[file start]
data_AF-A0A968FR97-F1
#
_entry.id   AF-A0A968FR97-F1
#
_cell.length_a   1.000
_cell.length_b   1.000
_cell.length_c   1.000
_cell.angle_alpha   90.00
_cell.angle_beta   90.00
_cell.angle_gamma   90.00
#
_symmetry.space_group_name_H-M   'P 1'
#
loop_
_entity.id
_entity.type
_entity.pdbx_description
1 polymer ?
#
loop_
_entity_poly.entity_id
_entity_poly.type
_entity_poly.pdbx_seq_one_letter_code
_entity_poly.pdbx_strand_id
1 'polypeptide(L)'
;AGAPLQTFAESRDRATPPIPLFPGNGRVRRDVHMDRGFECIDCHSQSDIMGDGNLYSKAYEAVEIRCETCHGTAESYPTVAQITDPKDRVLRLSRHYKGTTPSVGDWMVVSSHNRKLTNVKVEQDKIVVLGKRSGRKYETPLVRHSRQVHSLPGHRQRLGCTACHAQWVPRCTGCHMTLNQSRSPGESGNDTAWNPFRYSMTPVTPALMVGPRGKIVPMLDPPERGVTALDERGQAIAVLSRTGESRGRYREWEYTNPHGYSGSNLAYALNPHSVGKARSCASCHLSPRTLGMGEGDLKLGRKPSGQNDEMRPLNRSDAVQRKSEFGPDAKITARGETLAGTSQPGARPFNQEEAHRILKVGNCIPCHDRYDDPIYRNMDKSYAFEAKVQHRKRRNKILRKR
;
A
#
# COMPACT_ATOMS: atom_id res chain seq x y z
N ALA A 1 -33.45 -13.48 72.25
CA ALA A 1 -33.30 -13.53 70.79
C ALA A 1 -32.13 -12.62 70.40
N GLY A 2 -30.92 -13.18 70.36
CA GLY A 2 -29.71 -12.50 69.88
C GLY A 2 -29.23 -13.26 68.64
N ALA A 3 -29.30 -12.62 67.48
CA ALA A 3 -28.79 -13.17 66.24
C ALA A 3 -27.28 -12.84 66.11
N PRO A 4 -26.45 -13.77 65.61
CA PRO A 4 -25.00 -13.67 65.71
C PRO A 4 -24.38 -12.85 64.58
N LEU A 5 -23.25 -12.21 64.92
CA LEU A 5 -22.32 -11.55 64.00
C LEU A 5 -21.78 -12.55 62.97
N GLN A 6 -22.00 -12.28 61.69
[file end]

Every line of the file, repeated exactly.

data_AF-A0A968FR97-F1
#
_entry.id   AF-A0A968FR97-F1
#
_cell.length_a   1.000
_cell.length_b   1.000
_cell.length_c   1.000
_cell.angle_alpha   90.00
_cell.angle_beta   90.00
_cell.angle_gamma   90.00
#
_symmetry.space_group_name_H-M   'P 1'
#
loop_
_entity.id
_entity.type
_entity.pdbx_description
1 polymer ?
#
loop_
_entity_poly.entity_id
_entity_poly.type
_entity_poly.pdbx_seq_one_letter_code
_entity_poly.pdbx_strand_id
1 'polypeptide(L)'
;AGAPLQTFAESRDRATPPIPLFPGNGRVRRDVHMDRGFECIDCHSQSDIMGDGNLYSKAYEAVEIRCETCHGTAESYPTVAQITDPKDRVLRLSRHYKGTTPSVGDWMVVSSHNRKLTNVKVEQDKIVVLGKRSGRKYETPLVRHSRQVHSLPGHRQRLGCTACHAQWVPRCTGCHMTLNQSRSPGESGNDTAWNPFRYSMTPVTPALMVGPRGKIVPMLDPPERGVTALDERGQAIAVLSRTGESRGRYREWEYTNPHGYSGSNLAYALNPHSVGKARSCASCHLSPRTLGMGEGDLKLGRKPSGQNDEMRPLNRSDAVQRKSEFGPDAKITARGETLAGTSQPGARPFNQEEAHRILKVGNCIPCHDRYDDPIYRNMDKSYAFEAKVQHRKRRNKILRKR
;
A
#
# COMPACT_ATOMS: atom_id res chain seq x y z
N ALA A 1 -33.45 -13.48 72.25
CA ALA A 1 -33.30 -13.53 70.79
C ALA A 1 -32.13 -12.62 70.40
N GLY A 2 -30.92 -13.18 70.36
CA GLY A 2 -29.71 -12.50 69.88
C GLY A 2 -29.23 -13.26 68.64
N ALA A 3 -29.30 -12.62 67.48
CA ALA A 3 -28.79 -13.17 66.24
C ALA A 3 -27.28 -12.84 66.11
N PRO A 4 -26.45 -13.77 65.61
CA PRO A 4 -25.00 -13.67 65.71
C PRO A 4 -24.38 -12.85 64.58
N LEU A 5 -23.25 -12.21 64.92
CA LEU A 5 -22.32 -11.55 64.00
C LEU A 5 -21.78 -12.55 62.97
N GLN A 6 -22.00 -12.28 61.69